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European Commission to Boost Investments in Ai

Andrus Ansip is Vice-President for the Digital Single Market in the European Commission.

Earlier this week, the European Commission outlined a three-pronged approach to increase public and private investment in AI, prepare for socio-economic changes, and ensure an appropriate ethical and legal framework.

Just as the steam engine and electricity did in the past, AI is transforming our world,” said Vice-President for the Digital Single Market Andrus Ansip. “It presents new challenges that Europe should meet together in order for AI to succeed and work for everyone. We need to invest at least €20 billion by the end of 2020. The Commission is playing its part: today, we are giving a boost to researchers so that they can develop the next generation of AI technologies and applications, and to companies, so that they can embrace and incorporate them.”

Europe has world-class researchers, laboratories and start-ups in the field of AI. The EU is also strong in robotics and has world-leading transport, healthcare and manufacturing sectors that should adopt AI to remain competitive. However, fierce international competition requires coordinated action for the EU to be at the forefront of AI development.

The EU (public and private sectors) should increase investments in AI research and innovation by at least €20 billion between now and the end of 2020. To support these efforts, the Commission is increasing its investment to €1.5 billion for the period 2018-2020 under the Horizon 2020 research and innovation programme. This investment is expected to trigger an additional €2.5 billion of funding from existing public-private partnerships, for example on big data and robotics. It will support the development of AI in key sectors, from transport to health; it will connect and strengthen AI research centers across Europe, and encourage testing and experimentation. The Commission will also support the development of an “AI-on-demand platform” that will provide access to relevant AI resources in the EU for all users.

Additionally, the European Fund for Strategic Investments will be mobilized to provide companies and start-ups with additional support to invest in AI. With the European Fund for Strategic Investments, the aim is to mobilize more than €500 million in total investments by 2020 across a range of key sectors.

The Commission will also continue to create an environment that stimulates investment. As data is the raw material for most AI technologies, the Commission is proposing legislation to open up more data for re-use and measures to make data sharing easier. This covers data from public utilities and the environment as well as research and health data.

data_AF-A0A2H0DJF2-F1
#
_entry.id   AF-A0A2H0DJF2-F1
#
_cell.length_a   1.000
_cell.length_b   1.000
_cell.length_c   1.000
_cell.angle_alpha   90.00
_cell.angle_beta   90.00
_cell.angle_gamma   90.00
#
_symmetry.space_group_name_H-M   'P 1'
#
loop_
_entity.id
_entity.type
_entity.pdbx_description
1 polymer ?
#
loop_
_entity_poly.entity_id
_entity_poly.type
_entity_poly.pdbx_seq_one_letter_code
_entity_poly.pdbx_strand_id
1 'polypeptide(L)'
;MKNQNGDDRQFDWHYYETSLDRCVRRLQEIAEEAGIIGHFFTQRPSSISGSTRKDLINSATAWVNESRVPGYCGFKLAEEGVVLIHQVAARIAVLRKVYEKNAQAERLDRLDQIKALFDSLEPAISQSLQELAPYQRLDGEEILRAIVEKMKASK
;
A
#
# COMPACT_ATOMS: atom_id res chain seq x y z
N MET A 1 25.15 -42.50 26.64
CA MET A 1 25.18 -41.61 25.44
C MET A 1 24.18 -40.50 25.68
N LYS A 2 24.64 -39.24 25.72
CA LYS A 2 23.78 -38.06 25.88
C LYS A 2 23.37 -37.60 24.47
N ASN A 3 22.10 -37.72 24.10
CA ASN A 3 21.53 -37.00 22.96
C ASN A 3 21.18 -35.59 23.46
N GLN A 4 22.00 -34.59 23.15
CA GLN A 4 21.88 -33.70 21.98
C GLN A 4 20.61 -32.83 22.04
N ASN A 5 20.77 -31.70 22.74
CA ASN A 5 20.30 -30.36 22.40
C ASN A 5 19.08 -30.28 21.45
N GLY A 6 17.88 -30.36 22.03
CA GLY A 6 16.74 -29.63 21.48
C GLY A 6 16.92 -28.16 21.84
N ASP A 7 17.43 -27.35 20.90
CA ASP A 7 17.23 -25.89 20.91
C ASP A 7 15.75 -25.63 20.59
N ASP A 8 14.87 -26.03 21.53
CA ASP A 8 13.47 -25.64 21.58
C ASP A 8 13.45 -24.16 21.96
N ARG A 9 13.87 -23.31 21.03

With the dawn of artificial intelligence, many jobs will be created, but others will disappear and most will be transformed. This is why the Commission is encouraging Member States to modernize their education and training systems and support labour market transitions, building on the European Pillar of Social Rights. The Commission will support business-education partnerships to attract and keep more AI talent in Europe, set up dedicated training schemes with financial support from the European Social Fund, and support digital skills, competencies in science, technology, engineering and mathematics (STEM), entrepreneurship and creativity. Proposals under the EU’s next multi-annual financial framework (2021-2027) will include strengthened support for training in advanced digital skills, including AI-specific expertise.

As with any transformative technology, artificial intelligence may raise new ethical and legal questions, related to liability or potentially biased decision-making. New technologies should not mean new values. The Commission will present ethical guidelines on AI development by the end of 2018, based on the EU’s Charter of Fundamental Rights, taking into account principles such as data protection and transparency, and building on the work of the European Group on Ethics in Science and New Technologies. To help develop these guidelines, the Commission will bring together all relevant stakeholders in a European AI Alliance. By mid-2019 the Commission will also issue guidance on the interpretation of the Product Liability Directive in the light of technological developments, to ensure legal clarity for consumers and producers in case of defective products.

Next steps

As of today and following the Declaration of cooperation signed by 24 Member States and Norway on 10 April 2018, the Commission will start work with Member States to have a coordinated plan on AI by the end of the year. The main aim is to maximize the impact of investment at the EU and national levels, encourage cooperation across the EU, exchange best practices, and define the way forward together, so as to ensure the EU’s global competitiveness in this sector. The Commission will also continue to invest in initiatives which are key for AI, including the development of more efficient electronic components and systems (such as chips specifically built to run AI operations), world-class high-performance computers, as well as flagship projects on quantum technologies and on the mapping of the human brain.

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